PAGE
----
• \$\begingroup\$ There are dozens of categories yep. \$\endgroup\$ Commented Jun 20, 2017 at 19:20

1 Answer 1

2
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Your class names are really throwing me off. Perhaps because they are so generically named. By looking at these classes I have a hard time understanding the interfaces you are trying to expose.

What is a Chat? Why does a chat hold references to Offers (which seems to only be a single "offer" so should perhaps be named Offer)? Why would a Chat object need a method to check if the Offers it holds is byLawyer (which perhaps should be named isLawyer() since it returns boolean.)?

I just honestly can't make heads or tails of it because I don't think your classes are defined upon real-world lines. Make sure you name your classes meaningfully and specifically, and most importantly with relevance to real-word concepts. 9 times out of 10, if you find yourself thinking of you objects in real-world terms, you will come up with a better design. In the real world, does a chat have the ability to determine if it has something to do with a lawyer? No, a chat may need to know about the parties chatting, have some send/receive message functionality, maybe store messaging history, etc. What does it have to do with lawyers or offers?

What is a CategoryService (ServiceCategory?) and what does it have to do with lawyers (are lawyer services one category of service?)


Lots of questions around Offers:

  • Why would an Offer(s) object hold information on categories? Wouldn't this be an opposite relationship in real world terms (where categories hold offers)?
  • If you require AbstractCategory (or CategoryService) as a dependency for Offers why not pass that dependency in constructor? Why let your class be set up in a bad state?
  • Do you really need Offers to be mutable, or will it always have a 1-to-1 relationship with CategoryService it wraps? If so, why the need for the getters/setters?
  • Does Offers even provide any meaningful functionality above and beyord the AbstractCategory object it holds.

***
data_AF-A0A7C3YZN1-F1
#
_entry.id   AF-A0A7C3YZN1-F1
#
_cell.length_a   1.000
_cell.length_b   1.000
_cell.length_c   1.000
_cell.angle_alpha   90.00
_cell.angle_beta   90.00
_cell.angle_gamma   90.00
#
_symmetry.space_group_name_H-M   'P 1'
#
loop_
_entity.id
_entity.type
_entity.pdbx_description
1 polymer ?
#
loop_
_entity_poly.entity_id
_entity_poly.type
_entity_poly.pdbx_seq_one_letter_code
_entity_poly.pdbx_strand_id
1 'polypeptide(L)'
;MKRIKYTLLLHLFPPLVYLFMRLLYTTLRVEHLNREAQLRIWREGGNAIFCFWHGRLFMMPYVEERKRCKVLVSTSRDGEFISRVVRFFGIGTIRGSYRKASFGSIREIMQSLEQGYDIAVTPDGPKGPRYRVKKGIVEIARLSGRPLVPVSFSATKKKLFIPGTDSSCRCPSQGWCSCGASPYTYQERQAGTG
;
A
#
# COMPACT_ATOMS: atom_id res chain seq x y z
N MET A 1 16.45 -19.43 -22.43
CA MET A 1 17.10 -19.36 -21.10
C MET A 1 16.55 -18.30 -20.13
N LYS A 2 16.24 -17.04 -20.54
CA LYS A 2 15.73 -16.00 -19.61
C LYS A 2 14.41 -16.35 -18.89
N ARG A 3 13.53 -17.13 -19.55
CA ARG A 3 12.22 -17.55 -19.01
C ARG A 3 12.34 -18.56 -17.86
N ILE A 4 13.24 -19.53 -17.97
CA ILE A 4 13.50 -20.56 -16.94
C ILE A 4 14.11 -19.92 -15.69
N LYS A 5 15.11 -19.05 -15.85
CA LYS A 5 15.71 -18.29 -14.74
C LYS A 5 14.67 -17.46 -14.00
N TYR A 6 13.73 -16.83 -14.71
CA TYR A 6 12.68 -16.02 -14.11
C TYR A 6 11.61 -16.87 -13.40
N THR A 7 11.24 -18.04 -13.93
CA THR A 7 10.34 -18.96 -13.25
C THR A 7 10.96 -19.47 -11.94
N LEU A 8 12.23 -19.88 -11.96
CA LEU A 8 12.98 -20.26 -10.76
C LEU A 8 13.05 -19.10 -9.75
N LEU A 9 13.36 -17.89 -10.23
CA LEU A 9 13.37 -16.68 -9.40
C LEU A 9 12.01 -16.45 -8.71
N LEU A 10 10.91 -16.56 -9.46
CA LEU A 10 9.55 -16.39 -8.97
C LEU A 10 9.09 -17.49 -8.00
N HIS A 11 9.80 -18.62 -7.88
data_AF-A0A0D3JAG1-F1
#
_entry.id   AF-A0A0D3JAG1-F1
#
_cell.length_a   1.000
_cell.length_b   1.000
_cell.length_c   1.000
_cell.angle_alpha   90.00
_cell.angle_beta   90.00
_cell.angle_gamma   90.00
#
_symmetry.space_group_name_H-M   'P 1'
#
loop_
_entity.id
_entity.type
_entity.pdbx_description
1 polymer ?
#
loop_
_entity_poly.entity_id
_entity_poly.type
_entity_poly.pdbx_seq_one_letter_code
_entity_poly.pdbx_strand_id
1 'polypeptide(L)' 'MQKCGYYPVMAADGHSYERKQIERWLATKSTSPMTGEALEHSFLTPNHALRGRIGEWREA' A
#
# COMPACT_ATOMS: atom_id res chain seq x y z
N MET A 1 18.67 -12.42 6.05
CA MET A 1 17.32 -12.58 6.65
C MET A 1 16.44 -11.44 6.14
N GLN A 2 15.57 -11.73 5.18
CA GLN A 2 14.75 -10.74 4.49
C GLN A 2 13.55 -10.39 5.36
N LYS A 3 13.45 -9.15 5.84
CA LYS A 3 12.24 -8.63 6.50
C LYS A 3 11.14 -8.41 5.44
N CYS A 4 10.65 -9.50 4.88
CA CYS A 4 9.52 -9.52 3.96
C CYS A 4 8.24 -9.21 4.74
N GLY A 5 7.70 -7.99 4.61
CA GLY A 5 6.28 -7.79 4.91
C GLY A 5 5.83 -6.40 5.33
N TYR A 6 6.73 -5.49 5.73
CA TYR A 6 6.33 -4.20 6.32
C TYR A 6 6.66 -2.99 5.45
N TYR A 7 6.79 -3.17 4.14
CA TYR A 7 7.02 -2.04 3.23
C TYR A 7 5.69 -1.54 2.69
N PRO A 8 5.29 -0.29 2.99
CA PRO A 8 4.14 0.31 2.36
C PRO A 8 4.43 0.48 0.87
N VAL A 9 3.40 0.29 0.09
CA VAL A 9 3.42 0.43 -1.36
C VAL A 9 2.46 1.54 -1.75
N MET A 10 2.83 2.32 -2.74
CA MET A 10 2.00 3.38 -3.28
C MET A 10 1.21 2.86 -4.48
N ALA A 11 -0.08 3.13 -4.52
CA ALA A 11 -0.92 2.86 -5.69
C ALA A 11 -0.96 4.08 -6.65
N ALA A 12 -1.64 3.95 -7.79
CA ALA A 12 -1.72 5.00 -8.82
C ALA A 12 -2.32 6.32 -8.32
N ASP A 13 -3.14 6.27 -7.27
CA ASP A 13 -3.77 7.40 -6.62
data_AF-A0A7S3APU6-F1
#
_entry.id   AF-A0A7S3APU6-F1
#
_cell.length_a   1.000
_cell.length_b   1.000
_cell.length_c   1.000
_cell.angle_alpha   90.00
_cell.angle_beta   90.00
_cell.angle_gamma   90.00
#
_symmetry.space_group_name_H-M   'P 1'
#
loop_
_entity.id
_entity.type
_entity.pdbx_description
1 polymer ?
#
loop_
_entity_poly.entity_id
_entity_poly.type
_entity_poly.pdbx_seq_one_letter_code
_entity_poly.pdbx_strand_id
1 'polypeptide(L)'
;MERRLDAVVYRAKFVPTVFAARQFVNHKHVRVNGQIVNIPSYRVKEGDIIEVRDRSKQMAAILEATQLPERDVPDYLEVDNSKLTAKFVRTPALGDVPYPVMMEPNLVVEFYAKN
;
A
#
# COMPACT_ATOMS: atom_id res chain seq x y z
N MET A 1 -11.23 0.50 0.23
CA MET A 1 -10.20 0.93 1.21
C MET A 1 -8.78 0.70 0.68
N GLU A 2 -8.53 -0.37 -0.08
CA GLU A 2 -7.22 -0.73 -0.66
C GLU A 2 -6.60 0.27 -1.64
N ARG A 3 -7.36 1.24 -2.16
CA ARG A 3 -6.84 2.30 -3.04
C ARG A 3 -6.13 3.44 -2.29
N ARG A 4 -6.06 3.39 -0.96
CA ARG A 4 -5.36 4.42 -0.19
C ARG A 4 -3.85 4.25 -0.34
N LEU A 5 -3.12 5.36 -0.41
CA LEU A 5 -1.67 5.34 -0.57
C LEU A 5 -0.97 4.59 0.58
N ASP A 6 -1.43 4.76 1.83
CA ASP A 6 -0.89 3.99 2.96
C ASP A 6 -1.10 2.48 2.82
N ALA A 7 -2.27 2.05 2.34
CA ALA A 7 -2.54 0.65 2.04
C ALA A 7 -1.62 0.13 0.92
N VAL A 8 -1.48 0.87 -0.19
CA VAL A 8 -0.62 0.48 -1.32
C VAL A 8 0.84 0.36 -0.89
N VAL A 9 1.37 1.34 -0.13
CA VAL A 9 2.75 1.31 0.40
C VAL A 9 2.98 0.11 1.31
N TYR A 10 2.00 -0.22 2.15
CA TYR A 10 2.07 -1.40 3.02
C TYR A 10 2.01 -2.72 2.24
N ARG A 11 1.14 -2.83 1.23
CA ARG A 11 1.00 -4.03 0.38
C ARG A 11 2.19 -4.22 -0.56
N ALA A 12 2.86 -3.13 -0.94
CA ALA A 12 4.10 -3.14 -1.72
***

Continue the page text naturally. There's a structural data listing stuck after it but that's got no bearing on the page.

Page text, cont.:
• Should AbstractCategory truly be an abstract class or an interface? Usually when you pass a generalized object like this, you are depending on that object having a given interface, not that it inherits from some class. I would seem a bit odd to be type hinting against an abstract class.

$this->parent_cat_id

You don't have parent_cat_id defined as property on this class.


return (int)$this->parent_cat_id;

There should be no reason for type casting here.


Chat can be set up in a bad state. byLawyer() method can perform unexpectedly if offer property has not been set. Should Offers be passed as dependency on constructor?


Why inconsistent use of doc blocks?


Don't mix camelCase and snake_case in your own code.


Why inconsistent use of return type hinting?

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  • \$\begingroup\$ Thanks for your interest. I'd love to answer all of this, should I create a new answer or edit yours and add answers to it ? \$\endgroup\$ Commented Jun 21, 2017 at 10:16
  • \$\begingroup\$ @SteveChamaillard Most of my questions were more hypothetical in nature - hopefully to help prompt some rethinking for how you have structured your classes. I think you are rightfully concerned about how your objects are interacting and that mainly that concern is based in a current design that does not map well to real-world concepts. \$\endgroup\$
    – Mike Brant
    Commented Jun 21, 2017 at 14:12